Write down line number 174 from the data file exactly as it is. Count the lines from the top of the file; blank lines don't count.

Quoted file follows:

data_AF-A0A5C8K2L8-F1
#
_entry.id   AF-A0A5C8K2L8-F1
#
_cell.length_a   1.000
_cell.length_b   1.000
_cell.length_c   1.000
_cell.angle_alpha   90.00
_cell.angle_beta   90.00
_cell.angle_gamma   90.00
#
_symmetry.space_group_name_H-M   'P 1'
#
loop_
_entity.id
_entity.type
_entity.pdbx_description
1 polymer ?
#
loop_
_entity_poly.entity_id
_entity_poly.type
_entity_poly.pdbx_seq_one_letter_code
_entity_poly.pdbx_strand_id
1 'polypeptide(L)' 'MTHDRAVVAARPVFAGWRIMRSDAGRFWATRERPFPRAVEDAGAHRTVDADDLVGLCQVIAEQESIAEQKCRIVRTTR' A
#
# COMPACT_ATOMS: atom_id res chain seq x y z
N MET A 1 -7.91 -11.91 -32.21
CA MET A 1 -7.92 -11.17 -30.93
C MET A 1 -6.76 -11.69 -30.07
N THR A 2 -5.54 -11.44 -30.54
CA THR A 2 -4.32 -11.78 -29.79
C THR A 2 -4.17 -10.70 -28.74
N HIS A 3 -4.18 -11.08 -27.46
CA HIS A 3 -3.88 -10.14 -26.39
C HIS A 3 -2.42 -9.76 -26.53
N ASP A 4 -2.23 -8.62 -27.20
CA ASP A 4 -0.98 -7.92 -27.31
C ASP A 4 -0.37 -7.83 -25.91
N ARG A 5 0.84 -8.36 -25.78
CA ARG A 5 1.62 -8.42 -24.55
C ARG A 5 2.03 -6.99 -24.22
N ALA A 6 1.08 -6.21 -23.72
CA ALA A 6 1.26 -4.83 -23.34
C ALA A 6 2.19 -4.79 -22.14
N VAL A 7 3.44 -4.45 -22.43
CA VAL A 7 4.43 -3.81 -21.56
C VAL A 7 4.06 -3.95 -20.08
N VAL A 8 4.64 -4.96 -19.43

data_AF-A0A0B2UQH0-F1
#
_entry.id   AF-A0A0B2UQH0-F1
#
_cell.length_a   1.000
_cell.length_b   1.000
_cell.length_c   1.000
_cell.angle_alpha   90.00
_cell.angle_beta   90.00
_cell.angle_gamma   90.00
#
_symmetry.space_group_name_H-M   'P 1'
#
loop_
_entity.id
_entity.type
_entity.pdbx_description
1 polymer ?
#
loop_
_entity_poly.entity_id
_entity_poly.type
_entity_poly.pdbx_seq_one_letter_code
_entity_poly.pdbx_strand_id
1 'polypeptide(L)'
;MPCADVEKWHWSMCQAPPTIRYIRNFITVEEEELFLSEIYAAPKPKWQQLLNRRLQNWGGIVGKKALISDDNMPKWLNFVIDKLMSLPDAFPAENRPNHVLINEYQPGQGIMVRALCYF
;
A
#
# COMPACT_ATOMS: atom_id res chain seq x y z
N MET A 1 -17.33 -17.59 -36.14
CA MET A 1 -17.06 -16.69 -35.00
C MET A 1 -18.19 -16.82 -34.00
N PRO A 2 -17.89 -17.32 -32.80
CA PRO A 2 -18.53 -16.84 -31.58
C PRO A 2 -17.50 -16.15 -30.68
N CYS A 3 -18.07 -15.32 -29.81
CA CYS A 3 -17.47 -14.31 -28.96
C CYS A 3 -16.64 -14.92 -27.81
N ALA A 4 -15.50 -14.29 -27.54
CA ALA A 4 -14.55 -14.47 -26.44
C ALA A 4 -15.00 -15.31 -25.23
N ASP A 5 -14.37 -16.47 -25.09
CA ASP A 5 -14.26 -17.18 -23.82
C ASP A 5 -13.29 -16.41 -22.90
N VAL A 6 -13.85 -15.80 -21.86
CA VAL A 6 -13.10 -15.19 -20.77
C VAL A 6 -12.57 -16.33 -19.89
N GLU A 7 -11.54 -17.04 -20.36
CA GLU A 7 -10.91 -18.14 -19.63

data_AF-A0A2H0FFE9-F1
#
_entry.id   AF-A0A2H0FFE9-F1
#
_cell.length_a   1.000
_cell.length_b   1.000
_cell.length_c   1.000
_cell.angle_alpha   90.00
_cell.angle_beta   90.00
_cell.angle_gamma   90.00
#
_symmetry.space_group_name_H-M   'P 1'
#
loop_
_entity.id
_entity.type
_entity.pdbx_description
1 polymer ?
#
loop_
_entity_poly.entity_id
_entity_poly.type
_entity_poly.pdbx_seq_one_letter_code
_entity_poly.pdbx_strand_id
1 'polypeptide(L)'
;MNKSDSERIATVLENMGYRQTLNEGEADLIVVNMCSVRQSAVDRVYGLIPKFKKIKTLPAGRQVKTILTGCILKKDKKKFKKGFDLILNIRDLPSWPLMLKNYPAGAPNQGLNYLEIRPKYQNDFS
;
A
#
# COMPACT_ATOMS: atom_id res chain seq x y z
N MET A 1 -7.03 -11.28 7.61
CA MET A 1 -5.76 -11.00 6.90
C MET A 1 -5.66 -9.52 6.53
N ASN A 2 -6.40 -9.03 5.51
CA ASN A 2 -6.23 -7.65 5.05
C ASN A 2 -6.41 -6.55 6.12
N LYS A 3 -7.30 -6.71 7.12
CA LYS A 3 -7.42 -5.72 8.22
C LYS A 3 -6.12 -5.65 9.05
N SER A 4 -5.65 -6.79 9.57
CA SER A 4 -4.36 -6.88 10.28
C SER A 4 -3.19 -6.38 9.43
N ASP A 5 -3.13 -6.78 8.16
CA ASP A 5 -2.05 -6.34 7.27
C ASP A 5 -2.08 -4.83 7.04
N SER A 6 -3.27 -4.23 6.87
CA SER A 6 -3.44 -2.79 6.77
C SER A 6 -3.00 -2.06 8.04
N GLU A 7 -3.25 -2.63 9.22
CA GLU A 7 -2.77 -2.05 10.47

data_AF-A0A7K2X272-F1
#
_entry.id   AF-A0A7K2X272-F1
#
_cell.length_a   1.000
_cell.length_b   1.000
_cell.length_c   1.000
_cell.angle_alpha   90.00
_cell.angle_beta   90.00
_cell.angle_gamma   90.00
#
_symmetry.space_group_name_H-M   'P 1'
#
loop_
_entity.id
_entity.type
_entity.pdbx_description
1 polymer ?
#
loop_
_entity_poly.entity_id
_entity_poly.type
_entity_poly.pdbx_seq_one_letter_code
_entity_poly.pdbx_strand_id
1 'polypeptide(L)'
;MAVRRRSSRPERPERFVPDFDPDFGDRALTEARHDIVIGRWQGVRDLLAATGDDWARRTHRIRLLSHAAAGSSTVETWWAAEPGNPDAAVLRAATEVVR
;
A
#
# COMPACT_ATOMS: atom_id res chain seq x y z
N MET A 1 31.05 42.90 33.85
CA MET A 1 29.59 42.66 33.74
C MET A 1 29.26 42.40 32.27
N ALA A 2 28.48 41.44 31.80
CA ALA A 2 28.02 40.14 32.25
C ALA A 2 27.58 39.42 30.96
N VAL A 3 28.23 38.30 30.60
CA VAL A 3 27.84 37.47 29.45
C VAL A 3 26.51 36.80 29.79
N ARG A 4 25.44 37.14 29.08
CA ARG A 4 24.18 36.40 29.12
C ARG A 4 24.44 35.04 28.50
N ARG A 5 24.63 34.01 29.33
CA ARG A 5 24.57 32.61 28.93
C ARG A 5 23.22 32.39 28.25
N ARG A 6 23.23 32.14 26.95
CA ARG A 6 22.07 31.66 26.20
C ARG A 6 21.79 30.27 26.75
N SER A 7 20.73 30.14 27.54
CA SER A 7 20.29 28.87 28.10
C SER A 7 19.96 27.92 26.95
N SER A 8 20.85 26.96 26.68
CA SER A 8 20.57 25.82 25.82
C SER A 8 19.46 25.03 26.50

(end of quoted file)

1 'polypeptide(L)'